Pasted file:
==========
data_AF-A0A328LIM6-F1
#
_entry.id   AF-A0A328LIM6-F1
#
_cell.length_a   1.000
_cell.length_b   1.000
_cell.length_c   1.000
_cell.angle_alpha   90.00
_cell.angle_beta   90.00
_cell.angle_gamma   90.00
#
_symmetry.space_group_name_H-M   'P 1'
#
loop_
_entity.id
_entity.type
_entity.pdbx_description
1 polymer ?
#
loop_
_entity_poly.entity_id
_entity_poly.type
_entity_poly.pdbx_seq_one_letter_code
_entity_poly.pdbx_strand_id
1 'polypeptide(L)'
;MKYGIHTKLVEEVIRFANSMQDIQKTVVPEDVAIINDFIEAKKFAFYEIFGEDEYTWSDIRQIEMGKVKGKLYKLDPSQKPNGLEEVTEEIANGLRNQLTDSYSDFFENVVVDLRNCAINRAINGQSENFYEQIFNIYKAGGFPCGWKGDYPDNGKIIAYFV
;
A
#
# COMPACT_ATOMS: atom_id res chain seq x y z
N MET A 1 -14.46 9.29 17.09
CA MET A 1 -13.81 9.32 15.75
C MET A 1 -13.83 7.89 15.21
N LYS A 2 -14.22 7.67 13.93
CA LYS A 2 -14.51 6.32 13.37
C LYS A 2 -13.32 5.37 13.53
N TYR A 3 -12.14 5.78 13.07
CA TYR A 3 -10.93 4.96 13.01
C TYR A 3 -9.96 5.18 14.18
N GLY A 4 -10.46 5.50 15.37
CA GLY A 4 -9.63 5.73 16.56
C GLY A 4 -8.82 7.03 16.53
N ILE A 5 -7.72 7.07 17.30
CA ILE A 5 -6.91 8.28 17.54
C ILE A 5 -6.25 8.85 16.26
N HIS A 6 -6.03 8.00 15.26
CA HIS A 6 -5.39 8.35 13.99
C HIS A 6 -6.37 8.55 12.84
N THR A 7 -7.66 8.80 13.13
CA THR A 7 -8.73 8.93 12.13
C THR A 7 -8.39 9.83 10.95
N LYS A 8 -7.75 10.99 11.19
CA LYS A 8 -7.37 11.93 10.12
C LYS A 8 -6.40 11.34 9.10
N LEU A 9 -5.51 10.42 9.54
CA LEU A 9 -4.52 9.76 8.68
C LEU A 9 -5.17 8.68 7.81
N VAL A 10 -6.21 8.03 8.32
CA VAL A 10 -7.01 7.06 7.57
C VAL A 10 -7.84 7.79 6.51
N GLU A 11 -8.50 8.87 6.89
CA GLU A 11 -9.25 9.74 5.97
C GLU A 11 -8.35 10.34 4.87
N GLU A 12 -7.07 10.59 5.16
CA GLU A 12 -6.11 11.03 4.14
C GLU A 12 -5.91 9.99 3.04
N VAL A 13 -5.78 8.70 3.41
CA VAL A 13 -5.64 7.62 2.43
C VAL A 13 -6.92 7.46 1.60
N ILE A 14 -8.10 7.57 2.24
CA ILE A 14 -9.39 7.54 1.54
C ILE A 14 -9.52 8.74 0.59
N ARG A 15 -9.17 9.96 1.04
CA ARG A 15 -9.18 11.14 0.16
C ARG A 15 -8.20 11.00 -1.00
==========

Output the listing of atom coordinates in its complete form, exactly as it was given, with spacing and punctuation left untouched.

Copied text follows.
data_AF-A0A328LIM6-F1
#
_entry.id   AF-A0A328LIM6-F1
#
_cell.length_a   1.000
_cell.length_b   1.000
_cell.length_c   1.000
_cell.angle_alpha   90.00
_cell.angle_beta   90.00
_cell.angle_gamma   90.00
#
_symmetry.space_group_name_H-M   'P 1'
#
loop_
_entity.id
_entity.type
_entity.pdbx_description
1 polymer ?
#
loop_
_entity_poly.entity_id
_entity_poly.type
_entity_poly.pdbx_seq_one_letter_code
_entity_poly.pdbx_strand_id
1 'polypeptide(L)'
;MKYGIHTKLVEEVIRFANSMQDIQKTVVPEDVAIINDFIEAKKFAFYEIFGEDEYTWSDIRQIEMGKVKGKLYKLDPSQKPNGLEEVTEEIANGLRNQLTDSYSDFFENVVVDLRNCAINRAINGQSENFYEQIFNIYKAGGFPCGWKGDYPDNGKIIAYFV
;
A
#
# COMPACT_ATOMS: atom_id res chain seq x y z
N MET A 1 -14.46 9.29 17.09
CA MET A 1 -13.81 9.32 15.75
C MET A 1 -13.83 7.89 15.21
N LYS A 2 -14.22 7.67 13.93
CA LYS A 2 -14.51 6.32 13.37
C LYS A 2 -13.32 5.37 13.53
N TYR A 3 -12.14 5.78 13.07
CA TYR A 3 -10.93 4.96 13.01
C TYR A 3 -9.96 5.18 14.18
N GLY A 4 -10.46 5.50 15.37
CA GLY A 4 -9.63 5.73 16.56
C GLY A 4 -8.82 7.03 16.53
N ILE A 5 -7.72 7.07 17.30
CA ILE A 5 -6.91 8.28 17.54
C ILE A 5 -6.25 8.85 16.26
N HIS A 6 -6.03 8.00 15.26
CA HIS A 6 -5.39 8.35 13.99
C HIS A 6 -6.37 8.55 12.84
N THR A 7 -7.66 8.80 13.13
CA THR A 7 -8.73 8.93 12.13
C THR A 7 -8.39 9.83 10.95
N LYS A 8 -7.75 10.99 11.19
CA LYS A 8 -7.37 11.93 10.12
C LYS A 8 -6.40 11.34 9.10
N LEU A 9 -5.51 10.42 9.54
CA LEU A 9 -4.52 9.76 8.68
C LEU A 9 -5.17 8.68 7.81
N VAL A 10 -6.21 8.03 8.32
CA VAL A 10 -7.01 7.06 7.57
C VAL A 10 -7.84 7.79 6.51
N GLU A 11 -8.50 8.87 6.89
CA GLU A 11 -9.25 9.74 5.97
C GLU A 11 -8.35 10.34 4.87
N GLU A 12 -7.07 10.59 5.16
CA GLU A 12 -6.11 11.03 4.14
C GLU A 12 -5.91 9.99 3.04
N VAL A 13 -5.78 8.70 3.41
CA VAL A 13 -5.64 7.62 2.43
C VAL A 13 -6.92 7.46 1.60
N ILE A 14 -8.10 7.57 2.24
CA ILE A 14 -9.39 7.54 1.54
C ILE A 14 -9.52 8.74 0.59
N ARG A 15 -9.17 9.96 1.04
CA ARG A 15 -9.18 11.14 0.16
C ARG A 15 -8.20 11.00 -1.00